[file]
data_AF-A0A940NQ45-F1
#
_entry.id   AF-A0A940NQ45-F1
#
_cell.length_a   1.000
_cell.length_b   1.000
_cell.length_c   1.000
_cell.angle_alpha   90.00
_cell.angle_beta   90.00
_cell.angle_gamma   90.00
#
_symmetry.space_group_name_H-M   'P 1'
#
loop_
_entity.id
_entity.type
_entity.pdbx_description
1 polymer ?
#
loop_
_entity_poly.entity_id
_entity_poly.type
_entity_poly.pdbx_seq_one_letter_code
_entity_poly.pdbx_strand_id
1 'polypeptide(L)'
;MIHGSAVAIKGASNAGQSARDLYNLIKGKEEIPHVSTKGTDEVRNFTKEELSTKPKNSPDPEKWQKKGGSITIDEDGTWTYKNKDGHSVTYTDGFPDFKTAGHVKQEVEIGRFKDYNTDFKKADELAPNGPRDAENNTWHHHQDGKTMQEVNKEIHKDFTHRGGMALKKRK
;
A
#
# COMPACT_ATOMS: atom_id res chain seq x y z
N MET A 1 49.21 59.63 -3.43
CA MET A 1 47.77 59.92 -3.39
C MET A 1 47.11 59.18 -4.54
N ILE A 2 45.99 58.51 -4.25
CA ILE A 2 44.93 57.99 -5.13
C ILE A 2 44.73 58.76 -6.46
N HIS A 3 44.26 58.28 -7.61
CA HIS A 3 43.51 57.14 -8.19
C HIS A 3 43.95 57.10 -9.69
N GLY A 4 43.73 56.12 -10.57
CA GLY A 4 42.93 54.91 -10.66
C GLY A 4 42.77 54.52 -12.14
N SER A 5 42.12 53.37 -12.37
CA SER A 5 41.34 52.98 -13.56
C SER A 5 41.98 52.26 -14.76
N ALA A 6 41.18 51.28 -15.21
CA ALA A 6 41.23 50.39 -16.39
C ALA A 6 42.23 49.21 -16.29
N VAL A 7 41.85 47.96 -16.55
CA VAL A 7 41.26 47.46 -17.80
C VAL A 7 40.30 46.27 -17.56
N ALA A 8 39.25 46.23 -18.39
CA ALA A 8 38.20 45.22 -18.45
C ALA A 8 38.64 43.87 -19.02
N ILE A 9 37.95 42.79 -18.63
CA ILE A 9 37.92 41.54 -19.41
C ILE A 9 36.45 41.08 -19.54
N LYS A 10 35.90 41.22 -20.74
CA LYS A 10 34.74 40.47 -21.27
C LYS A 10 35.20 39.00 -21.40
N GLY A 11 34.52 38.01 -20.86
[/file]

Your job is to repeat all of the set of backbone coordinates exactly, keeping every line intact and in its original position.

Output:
data_AF-A0A940NQ45-F1
#
_entry.id   AF-A0A940NQ45-F1
#
_cell.length_a   1.000
_cell.length_b   1.000
_cell.length_c   1.000
_cell.angle_alpha   90.00
_cell.angle_beta   90.00
_cell.angle_gamma   90.00
#
_symmetry.space_group_name_H-M   'P 1'
#
loop_
_entity.id
_entity.type
_entity.pdbx_description
1 polymer ?
#
loop_
_entity_poly.entity_id
_entity_poly.type
_entity_poly.pdbx_seq_one_letter_code
_entity_poly.pdbx_strand_id
1 'polypeptide(L)'
;MIHGSAVAIKGASNAGQSARDLYNLIKGKEEIPHVSTKGTDEVRNFTKEELSTKPKNSPDPEKWQKKGGSITIDEDGTWTYKNKDGHSVTYTDGFPDFKTAGHVKQEVEIGRFKDYNTDFKKADELAPNGPRDAENNTWHHHQDGKTMQEVNKEIHKDFTHRGGMALKKRK
;
A
#
# COMPACT_ATOMS: atom_id res chain seq x y z
N MET A 1 49.21 59.63 -3.43
CA MET A 1 47.77 59.92 -3.39
C MET A 1 47.11 59.18 -4.54
N ILE A 2 45.99 58.51 -4.25
CA ILE A 2 44.93 57.99 -5.13
C ILE A 2 44.73 58.76 -6.46
N HIS A 3 44.26 58.28 -7.61
CA HIS A 3 43.51 57.14 -8.19
C HIS A 3 43.95 57.10 -9.69
N GLY A 4 43.73 56.12 -10.57
CA GLY A 4 42.93 54.91 -10.66
C GLY A 4 42.77 54.52 -12.14
N SER A 5 42.12 53.37 -12.37
CA SER A 5 41.34 52.98 -13.56
C SER A 5 41.98 52.26 -14.76
N ALA A 6 41.18 51.28 -15.21
CA ALA A 6 41.23 50.39 -16.39
C ALA A 6 42.23 49.21 -16.29
N VAL A 7 41.85 47.96 -16.55
CA VAL A 7 41.26 47.46 -17.80
C VAL A 7 40.30 46.27 -17.56
N ALA A 8 39.25 46.23 -18.39
CA ALA A 8 38.20 45.22 -18.45
C ALA A 8 38.64 43.87 -19.02
N ILE A 9 37.95 42.79 -18.63
CA ILE A 9 37.92 41.54 -19.41
C ILE A 9 36.45 41.08 -19.54
N LYS A 10 35.90 41.22 -20.74
CA LYS A 10 34.74 40.47 -21.27
C LYS A 10 35.20 39.00 -21.40
N GLY A 11 34.52 38.01 -20.86